Pat O'Brien rushed up to Erin, Wisconsin this weekend to make sure he was in attendance to see his student, Kelly Kraft, win the biggest tournament of his life.
O'Brien watched every hole as Kraft gutted out an impressive victory over Patrick Cantlay, the No. 1 amateur in the world. It was an up-and-down emotional roller coaster for O'Brien as Kraft took a lead, watched Cantlay come back and then battled back himself down the stretch to win it. That's what makes the 36-hole match play final so fun. So why was Kraft, a relative unknown before a hot streak this summer, able to do it?
"He's learned how to slow things down and not get ahead of himself," said O'Brien, who teaches out of Lakewood Country Club in Dallas. "He learned how to win and stay in the present this summer. He figured it out. I'm not surprised to see him win this, honestly, the way he's been playing."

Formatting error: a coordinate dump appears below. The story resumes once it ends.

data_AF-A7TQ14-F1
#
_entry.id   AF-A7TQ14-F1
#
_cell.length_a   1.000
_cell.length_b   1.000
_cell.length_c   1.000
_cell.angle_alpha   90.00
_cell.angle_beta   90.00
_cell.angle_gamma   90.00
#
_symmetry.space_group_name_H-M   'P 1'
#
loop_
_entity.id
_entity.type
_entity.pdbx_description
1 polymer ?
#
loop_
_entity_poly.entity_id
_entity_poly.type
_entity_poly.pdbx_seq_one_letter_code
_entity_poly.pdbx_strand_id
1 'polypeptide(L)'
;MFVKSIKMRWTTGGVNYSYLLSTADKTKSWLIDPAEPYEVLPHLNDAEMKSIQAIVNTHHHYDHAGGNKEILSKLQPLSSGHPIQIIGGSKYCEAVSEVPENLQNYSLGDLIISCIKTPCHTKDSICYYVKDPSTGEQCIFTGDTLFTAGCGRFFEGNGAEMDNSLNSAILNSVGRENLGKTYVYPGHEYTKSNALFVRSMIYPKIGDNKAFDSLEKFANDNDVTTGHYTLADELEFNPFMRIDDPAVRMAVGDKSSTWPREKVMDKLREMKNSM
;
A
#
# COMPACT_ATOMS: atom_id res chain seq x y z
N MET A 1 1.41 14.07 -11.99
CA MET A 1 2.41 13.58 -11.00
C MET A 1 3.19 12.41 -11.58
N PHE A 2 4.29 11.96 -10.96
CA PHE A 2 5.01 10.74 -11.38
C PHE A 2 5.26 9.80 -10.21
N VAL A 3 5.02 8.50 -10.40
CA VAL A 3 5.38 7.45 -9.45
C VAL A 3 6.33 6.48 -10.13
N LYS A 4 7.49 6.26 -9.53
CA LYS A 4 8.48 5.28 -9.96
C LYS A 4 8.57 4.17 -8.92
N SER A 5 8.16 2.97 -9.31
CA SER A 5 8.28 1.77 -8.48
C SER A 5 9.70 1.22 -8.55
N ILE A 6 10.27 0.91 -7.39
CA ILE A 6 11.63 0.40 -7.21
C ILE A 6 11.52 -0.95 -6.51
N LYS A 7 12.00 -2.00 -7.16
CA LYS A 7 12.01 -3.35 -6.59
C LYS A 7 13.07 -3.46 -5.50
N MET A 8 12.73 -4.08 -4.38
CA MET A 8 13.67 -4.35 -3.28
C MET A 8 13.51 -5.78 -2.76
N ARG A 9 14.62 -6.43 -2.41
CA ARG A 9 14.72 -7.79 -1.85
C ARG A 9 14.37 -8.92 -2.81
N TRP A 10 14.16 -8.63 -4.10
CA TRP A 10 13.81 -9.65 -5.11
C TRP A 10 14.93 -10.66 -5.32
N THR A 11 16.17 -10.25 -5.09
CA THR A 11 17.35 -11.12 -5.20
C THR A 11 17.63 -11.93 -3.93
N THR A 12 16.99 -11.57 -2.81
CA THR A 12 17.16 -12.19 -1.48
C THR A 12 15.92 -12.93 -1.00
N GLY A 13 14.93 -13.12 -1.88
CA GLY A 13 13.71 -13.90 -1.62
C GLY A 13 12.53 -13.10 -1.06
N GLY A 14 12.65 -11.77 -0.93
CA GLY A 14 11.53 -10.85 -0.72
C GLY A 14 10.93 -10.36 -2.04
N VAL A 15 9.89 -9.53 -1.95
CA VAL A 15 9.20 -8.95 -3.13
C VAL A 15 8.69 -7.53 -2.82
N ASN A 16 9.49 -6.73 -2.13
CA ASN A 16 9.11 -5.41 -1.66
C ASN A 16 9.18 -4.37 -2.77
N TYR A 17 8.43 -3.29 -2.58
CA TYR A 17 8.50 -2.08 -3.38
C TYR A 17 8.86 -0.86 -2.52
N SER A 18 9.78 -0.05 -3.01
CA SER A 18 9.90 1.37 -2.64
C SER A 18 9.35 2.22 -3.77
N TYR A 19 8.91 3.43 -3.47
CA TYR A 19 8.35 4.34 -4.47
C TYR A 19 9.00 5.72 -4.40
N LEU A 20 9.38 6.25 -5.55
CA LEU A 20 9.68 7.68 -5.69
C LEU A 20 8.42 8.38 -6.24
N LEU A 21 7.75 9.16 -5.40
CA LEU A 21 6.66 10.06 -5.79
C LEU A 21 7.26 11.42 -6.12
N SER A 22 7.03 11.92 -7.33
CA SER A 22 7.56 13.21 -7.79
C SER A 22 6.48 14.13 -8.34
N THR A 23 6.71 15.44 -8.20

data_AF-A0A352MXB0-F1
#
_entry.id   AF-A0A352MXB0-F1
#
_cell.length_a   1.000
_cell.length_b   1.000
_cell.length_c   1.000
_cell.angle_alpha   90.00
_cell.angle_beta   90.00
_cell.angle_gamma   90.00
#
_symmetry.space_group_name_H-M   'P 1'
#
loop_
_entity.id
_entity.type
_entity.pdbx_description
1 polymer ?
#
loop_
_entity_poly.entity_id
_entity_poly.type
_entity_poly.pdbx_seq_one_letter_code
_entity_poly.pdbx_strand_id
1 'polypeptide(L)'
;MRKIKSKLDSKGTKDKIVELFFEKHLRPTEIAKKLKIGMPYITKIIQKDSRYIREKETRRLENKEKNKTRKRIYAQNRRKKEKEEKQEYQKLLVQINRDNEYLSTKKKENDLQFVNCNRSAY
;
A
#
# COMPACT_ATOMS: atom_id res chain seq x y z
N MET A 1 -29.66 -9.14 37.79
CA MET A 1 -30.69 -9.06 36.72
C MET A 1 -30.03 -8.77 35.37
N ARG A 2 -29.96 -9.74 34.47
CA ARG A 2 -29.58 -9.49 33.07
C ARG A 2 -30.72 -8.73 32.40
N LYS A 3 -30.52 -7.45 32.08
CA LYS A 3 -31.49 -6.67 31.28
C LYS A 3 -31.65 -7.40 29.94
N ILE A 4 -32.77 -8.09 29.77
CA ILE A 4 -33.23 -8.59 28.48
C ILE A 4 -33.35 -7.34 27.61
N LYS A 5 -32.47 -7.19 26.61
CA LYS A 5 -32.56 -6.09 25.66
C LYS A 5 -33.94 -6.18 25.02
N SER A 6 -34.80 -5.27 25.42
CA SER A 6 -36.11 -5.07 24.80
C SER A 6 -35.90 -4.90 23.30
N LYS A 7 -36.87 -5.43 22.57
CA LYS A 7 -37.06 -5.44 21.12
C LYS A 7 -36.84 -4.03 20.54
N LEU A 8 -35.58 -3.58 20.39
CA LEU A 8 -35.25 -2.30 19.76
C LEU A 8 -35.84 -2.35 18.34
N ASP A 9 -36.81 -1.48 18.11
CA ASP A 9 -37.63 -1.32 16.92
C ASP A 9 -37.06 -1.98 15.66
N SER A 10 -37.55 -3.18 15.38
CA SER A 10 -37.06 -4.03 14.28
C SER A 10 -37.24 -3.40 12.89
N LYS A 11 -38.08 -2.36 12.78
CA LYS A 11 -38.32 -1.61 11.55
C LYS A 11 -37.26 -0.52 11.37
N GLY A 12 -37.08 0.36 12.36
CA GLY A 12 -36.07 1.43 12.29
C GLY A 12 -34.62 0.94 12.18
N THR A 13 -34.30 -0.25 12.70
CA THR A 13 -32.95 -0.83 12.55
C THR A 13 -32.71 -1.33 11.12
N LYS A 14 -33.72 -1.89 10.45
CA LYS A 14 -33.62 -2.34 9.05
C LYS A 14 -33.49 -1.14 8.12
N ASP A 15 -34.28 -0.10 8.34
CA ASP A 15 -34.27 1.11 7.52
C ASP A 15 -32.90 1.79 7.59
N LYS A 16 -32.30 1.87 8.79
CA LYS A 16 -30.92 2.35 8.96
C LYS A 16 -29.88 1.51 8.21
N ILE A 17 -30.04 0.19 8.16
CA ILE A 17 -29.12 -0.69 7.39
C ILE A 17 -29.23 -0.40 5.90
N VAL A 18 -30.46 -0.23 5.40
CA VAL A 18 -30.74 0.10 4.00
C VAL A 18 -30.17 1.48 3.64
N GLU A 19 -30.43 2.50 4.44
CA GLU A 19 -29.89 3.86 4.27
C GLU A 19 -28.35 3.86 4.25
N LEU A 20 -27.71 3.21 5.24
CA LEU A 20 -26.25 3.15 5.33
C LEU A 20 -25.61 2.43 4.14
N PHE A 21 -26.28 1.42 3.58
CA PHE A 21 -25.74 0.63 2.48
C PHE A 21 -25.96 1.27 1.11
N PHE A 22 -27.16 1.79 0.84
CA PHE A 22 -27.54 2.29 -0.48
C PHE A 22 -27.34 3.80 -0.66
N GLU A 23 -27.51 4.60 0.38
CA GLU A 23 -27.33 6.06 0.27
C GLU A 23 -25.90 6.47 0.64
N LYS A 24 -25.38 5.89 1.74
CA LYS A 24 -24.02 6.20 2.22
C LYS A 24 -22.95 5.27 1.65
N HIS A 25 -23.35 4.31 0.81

O'Brien is known as a short game guru, working with PGA Tour professionals like 2007 Masters champion Zach Johnson, 2009 British Open champ Stewart Cink, John Senden, Vaughn Taylor and others. But his work with those guys is mainly putting. With Kraft, it's the whole game.
"That's what I'd like to do more of," O'Brien said. "Kelly has worked hard and really started finishing tournaments off. We saw that at the Texas Amateur and the Trans-Miss this summer. He kept it going here."
O'Brien says Kraft has always been confident, but he was thinking too much sometimes and speeding himself up when in contention. That changed a few months ago.
"He's so calm at times," O'Brien said. "He doesn't get rattled. He has stayed within himself tremendously and has had consistent swing mechanics. He's just letting it go and not really having to think much about it and it's fun to watch."